Draymond Green rips MSG over silent first half in rant: ‘It changed everything’

0:46 | NBA
Draymond Green rips into MSG over music decision
Monday March 6th, 2017

NEW YORK — Draymond Green has never been silent, and he prefers his basketball venues that way too.

Hours after the Knicks began Sunday’s game with an experimental half of silence at Madison Square Garden, the outspoken Warriors forward laid waste to idea in a long rant, calling it “pathetic,” “disrespectful,” and “trash.”

“It was pathetic. It was ridiculous. It changed the flow of the game, it changed everything,” said Green. “You get so used to playing the game a certain way, to completely change that, to me I think it was disrespectful to everyone from [senior VP of entertainment] Michael Levine to [Warriors executive] Rick Welts and all these people who have done these things to change the game from an entertainment perspective and give the game a great vibe. That’s complete disrespect. You advance things in the world to make it better, you don’t go back to what was bad. It’s like, computers can do anything for us. It’s like going back to paper.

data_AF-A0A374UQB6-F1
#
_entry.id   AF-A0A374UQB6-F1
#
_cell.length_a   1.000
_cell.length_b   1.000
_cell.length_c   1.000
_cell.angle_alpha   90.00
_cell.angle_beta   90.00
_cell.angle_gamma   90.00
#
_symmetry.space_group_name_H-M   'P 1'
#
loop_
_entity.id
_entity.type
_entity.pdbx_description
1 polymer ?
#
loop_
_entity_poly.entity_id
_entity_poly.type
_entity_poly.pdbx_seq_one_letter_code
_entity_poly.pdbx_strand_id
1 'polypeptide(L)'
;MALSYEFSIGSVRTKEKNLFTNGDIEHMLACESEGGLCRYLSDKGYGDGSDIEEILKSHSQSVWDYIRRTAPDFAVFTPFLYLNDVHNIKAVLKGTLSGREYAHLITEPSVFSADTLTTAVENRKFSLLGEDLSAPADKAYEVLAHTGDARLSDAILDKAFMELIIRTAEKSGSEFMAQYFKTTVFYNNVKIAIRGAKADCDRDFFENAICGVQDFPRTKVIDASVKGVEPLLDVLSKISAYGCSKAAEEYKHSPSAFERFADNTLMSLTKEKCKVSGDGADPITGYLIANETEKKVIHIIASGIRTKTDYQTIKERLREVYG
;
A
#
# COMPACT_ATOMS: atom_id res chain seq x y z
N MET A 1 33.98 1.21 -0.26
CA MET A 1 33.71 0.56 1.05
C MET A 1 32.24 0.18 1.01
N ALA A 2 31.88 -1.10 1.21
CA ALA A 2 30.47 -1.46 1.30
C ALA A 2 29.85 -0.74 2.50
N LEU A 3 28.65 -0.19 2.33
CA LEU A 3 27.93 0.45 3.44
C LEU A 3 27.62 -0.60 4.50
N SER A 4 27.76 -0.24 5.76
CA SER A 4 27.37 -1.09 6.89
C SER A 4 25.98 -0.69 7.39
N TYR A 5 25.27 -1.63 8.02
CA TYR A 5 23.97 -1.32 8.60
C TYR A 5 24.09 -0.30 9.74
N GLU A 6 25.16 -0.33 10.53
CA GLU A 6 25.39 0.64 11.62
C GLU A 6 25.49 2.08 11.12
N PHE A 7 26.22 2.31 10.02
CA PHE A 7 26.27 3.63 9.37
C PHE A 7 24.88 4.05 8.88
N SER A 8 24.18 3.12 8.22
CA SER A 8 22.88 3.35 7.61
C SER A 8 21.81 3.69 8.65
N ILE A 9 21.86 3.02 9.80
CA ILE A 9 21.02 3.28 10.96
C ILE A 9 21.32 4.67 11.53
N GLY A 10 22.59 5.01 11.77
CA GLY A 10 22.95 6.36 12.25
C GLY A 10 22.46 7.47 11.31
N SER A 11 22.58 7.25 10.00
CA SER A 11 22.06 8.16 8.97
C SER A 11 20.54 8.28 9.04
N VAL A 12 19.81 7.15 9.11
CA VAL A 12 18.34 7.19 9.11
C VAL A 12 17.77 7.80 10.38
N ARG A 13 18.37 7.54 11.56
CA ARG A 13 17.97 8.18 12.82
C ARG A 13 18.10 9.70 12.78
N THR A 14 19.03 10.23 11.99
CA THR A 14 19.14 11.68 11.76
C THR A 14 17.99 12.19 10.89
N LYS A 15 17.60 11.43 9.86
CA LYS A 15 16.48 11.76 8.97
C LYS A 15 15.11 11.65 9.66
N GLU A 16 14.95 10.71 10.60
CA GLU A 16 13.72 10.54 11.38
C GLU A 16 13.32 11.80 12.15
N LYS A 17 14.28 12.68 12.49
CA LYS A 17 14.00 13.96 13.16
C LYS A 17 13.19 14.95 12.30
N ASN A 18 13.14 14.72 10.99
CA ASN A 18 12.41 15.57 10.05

“They need to trash that, because that’s exactly what it was.”

The Knicks declined to comment on whose idea the music was, and why the decision was made, standing by a message that was shown on the scoreboard: “The first half of today’s game will be presented without music, video or in-game entertainment so you can experience the game in its purest form. Enjoy the sounds of the game.”

An NBA spokesman told The New York Times that the decision was made by the Knicks.

Members of the home team wouldn’t go as far as calling the decision “disrespectful” after the game, but they wouldn’t praise it, either.

“It was different. It was different than what we’re used to,” Carmelo Anthony said. He was then asked whether or not “different” meant the silence was bad and responded, “It was different.”

The move gave the game a retro feel, at least for one half. Complete silence replaced paid advertising during stoppages in play, and players were introduced solely to the voice of public address announcer Mike Walczewski. Sounds returned as soon as the first half buzzer sounded.

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